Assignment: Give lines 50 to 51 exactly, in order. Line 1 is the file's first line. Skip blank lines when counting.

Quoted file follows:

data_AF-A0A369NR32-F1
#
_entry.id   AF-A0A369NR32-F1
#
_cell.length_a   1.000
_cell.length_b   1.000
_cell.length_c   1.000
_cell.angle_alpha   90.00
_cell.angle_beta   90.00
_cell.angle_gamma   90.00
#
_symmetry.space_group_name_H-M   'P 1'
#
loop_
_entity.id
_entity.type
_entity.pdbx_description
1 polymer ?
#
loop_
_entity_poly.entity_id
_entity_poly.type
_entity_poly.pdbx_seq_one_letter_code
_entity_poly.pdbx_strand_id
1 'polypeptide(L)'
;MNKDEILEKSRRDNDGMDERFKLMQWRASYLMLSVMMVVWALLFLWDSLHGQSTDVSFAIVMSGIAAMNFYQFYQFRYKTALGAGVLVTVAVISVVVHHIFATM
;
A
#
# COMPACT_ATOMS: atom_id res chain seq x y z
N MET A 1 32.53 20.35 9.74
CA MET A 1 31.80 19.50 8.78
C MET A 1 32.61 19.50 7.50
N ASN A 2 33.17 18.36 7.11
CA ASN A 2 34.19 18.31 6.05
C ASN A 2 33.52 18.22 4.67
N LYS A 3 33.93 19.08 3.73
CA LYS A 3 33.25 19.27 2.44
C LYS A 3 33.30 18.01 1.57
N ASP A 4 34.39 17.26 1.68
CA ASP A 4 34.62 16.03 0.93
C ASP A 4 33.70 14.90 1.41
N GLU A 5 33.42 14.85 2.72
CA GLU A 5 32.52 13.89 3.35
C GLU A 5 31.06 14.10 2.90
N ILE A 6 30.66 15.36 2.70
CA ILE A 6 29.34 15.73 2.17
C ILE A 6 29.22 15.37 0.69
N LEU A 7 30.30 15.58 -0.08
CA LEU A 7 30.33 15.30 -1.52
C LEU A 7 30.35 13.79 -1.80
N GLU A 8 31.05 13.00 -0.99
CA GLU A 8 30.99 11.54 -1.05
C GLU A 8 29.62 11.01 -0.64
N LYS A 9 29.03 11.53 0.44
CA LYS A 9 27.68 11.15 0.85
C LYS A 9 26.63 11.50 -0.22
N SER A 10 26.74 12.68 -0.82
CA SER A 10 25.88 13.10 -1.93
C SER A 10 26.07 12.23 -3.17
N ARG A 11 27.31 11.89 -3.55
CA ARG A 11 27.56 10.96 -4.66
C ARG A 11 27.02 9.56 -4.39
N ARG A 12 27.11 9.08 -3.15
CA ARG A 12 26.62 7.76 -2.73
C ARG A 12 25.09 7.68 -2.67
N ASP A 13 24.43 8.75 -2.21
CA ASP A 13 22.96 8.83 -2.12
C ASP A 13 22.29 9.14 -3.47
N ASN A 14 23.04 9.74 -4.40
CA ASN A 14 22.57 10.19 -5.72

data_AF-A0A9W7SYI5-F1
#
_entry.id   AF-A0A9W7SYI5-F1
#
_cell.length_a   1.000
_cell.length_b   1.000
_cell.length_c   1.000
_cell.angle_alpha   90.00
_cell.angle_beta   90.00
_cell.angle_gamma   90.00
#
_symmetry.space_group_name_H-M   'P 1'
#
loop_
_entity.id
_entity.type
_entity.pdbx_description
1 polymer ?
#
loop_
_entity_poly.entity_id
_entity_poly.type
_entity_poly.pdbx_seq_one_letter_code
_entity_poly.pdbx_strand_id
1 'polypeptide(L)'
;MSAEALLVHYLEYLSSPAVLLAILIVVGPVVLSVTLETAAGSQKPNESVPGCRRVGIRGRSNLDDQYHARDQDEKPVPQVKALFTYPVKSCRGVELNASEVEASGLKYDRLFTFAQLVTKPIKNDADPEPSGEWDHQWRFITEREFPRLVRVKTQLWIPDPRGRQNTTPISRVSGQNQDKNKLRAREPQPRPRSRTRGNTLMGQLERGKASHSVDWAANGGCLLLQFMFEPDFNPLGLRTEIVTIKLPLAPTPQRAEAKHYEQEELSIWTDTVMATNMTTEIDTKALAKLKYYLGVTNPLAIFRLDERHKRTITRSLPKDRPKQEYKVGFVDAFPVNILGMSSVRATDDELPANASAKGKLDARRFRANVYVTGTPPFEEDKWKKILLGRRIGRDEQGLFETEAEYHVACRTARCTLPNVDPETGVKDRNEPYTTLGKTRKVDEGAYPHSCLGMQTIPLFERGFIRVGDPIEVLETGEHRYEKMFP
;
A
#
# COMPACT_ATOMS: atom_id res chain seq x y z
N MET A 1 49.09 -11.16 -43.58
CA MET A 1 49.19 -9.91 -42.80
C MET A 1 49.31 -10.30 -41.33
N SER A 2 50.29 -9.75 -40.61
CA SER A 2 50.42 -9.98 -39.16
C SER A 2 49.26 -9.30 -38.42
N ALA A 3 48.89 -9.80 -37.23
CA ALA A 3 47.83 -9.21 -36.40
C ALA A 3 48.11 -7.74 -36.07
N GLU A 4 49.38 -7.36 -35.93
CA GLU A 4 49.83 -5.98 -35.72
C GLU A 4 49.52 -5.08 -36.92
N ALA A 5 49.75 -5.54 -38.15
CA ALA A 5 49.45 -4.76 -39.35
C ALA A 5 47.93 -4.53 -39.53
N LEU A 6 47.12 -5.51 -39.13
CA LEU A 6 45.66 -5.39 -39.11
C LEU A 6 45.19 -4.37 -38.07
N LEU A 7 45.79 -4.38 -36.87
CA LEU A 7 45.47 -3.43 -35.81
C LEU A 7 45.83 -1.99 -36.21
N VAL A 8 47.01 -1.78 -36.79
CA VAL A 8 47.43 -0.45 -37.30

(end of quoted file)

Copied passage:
CA LEU A 7 30.33 15.30 -1.52
C LEU A 7 30.35 13.79 -1.80